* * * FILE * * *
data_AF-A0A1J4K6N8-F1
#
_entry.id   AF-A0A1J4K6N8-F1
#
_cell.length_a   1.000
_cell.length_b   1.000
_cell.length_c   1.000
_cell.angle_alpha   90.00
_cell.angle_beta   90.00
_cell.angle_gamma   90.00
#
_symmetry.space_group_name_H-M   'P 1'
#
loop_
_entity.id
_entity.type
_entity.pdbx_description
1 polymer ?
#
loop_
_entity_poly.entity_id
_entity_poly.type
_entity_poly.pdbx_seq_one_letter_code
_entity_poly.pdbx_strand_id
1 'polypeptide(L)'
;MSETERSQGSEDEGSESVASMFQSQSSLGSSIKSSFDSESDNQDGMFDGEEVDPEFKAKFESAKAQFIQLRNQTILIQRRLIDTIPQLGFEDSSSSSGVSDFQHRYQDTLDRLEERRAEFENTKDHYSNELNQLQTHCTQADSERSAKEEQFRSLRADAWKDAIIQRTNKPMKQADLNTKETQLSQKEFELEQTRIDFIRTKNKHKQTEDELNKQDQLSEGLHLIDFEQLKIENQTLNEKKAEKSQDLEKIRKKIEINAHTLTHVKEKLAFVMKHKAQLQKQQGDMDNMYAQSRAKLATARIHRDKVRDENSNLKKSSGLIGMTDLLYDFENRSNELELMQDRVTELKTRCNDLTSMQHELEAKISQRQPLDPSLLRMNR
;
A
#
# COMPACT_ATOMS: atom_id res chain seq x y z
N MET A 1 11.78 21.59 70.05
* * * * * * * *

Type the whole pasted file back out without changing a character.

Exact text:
data_AF-A0A1J4K6N8-F1
#
_entry.id   AF-A0A1J4K6N8-F1
#
_cell.length_a   1.000
_cell.length_b   1.000
_cell.length_c   1.000
_cell.angle_alpha   90.00
_cell.angle_beta   90.00
_cell.angle_gamma   90.00
#
_symmetry.space_group_name_H-M   'P 1'
#
loop_
_entity.id
_entity.type
_entity.pdbx_description
1 polymer ?
#
loop_
_entity_poly.entity_id
_entity_poly.type
_entity_poly.pdbx_seq_one_letter_code
_entity_poly.pdbx_strand_id
1 'polypeptide(L)'
;MSETERSQGSEDEGSESVASMFQSQSSLGSSIKSSFDSESDNQDGMFDGEEVDPEFKAKFESAKAQFIQLRNQTILIQRRLIDTIPQLGFEDSSSSSGVSDFQHRYQDTLDRLEERRAEFENTKDHYSNELNQLQTHCTQADSERSAKEEQFRSLRADAWKDAIIQRTNKPMKQADLNTKETQLSQKEFELEQTRIDFIRTKNKHKQTEDELNKQDQLSEGLHLIDFEQLKIENQTLNEKKAEKSQDLEKIRKKIEINAHTLTHVKEKLAFVMKHKAQLQKQQGDMDNMYAQSRAKLATARIHRDKVRDENSNLKKSSGLIGMTDLLYDFENRSNELELMQDRVTELKTRCNDLTSMQHELEAKISQRQPLDPSLLRMNR
;
A
#
# COMPACT_ATOMS: atom_id res chain seq x y z
N MET A 1 11.78 21.59 70.05